Infusing Surprise into a Space

A Conversation with Wesley Moon

Learn how to bring the element of surprise to interiors with Wesley Moon.

Read What Wesley Moon Has to Say:

Seated in front of a spectacular mural in his New York City apartment, Wesley Moon is well positioned to discuss what playful touches can bring into a space. A lifelong designer with a detailed approach to interiors, Moon is passionate about adding that “extra something” for his clients.

“For me, it's all about adding layers, adding a little whimsy, and of course, that little element of surprise,” says Moon. “What I really love is when people have been sitting there a little while, and they start to notice the detail that didn't jump out at them at first. It's important to me to keep people on their toes. You want them to find those little things, and to really see how much love and care you put into the design of their home.”

Interior Design with a Personal Touch

From his dining room, Moon displays a custom de Gournay wallpaper mural. “We created it based on scenes of Sicily–my partner is Sicilian, so it's something that means a lot to us, says Moon. “We based this mural on photographs that we had from our travels.” He points to the church behind him in the mural as where his partners’ parents got married.” “It's definitely us. It's something that people come in, and their jaws drop.”

Moon believes that a moment of surprise is vital to design. “You’ve got to find that in every project. Even if someone wants a neutral palette or something more subtle, there's always a way to work in just a little bit of whimsy, a little bit of the element of surprise.”

That element of surprise can be an intimate detail, like something that strikes a chord with the client. “It makes a space more sophisticated, because it is more personalized, and actually speaks to something, it has something to say.”

Orchestrating Interesting Interiors

Moon’s joyous approach to design stems from a belief that “you want your clients to smile, and you want your guests to smile.”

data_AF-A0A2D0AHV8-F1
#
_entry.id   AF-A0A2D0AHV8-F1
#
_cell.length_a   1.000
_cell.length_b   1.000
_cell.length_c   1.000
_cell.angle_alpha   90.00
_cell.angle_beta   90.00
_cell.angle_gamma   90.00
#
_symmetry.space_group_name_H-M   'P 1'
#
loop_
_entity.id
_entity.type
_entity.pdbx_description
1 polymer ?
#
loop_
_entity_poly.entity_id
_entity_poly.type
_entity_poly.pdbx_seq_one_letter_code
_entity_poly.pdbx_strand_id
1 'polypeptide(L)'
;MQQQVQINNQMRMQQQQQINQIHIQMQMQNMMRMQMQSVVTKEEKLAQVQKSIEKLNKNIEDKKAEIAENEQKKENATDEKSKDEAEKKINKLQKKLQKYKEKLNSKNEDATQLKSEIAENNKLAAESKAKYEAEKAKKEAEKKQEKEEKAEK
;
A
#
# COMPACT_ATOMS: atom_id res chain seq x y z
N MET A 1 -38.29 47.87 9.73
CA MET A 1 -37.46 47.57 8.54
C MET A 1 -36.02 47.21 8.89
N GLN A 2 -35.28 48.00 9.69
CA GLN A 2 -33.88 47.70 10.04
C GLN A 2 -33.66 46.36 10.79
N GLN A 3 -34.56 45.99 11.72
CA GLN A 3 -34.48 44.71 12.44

“Everything in your interior has to have a dialogue,” says Moon. “It's okay to have visual disruptions. It's okay to mix your materials, your metals, your colors. But you just have to make sure that everything is speaking to each other. It's like a chorus, they all have to hum and sing together.”

This harmonic visual disruption is key to building interesting interiors. As an example, Moon showcases his onyx door casing, just one of many delightful surprises woven in his home.

“I decided I wanted pink onyx door casing,” admits Moon, referencing the thick molding that creates the unique arch. “It was something that I got inspired by. I even went so far as to make hidden doors out of onyx in my apartment.” Although he notes that some thought him a bit crazy, the impact of the doors speaks for themselves. Striated with dark hues that look almost textural in muted pink mineral, they make a spirited, yet sophisticated statement in the space.

A white wood mantel features five decorative plates of varying sizes in neutral tones horizontally placed against a blue wall; a small antique painting hangs above.

Historical Collection

The Historical Collection offers 191 hues inspired by 18th and 19th century American architecture.

Wesley Moon

Wesley Moon

"It's about using an unexpected color palette."

A sun-dappled home exterior painted in a creamy beige with deep sage green-painted doors and trim with an alfresco seating area.

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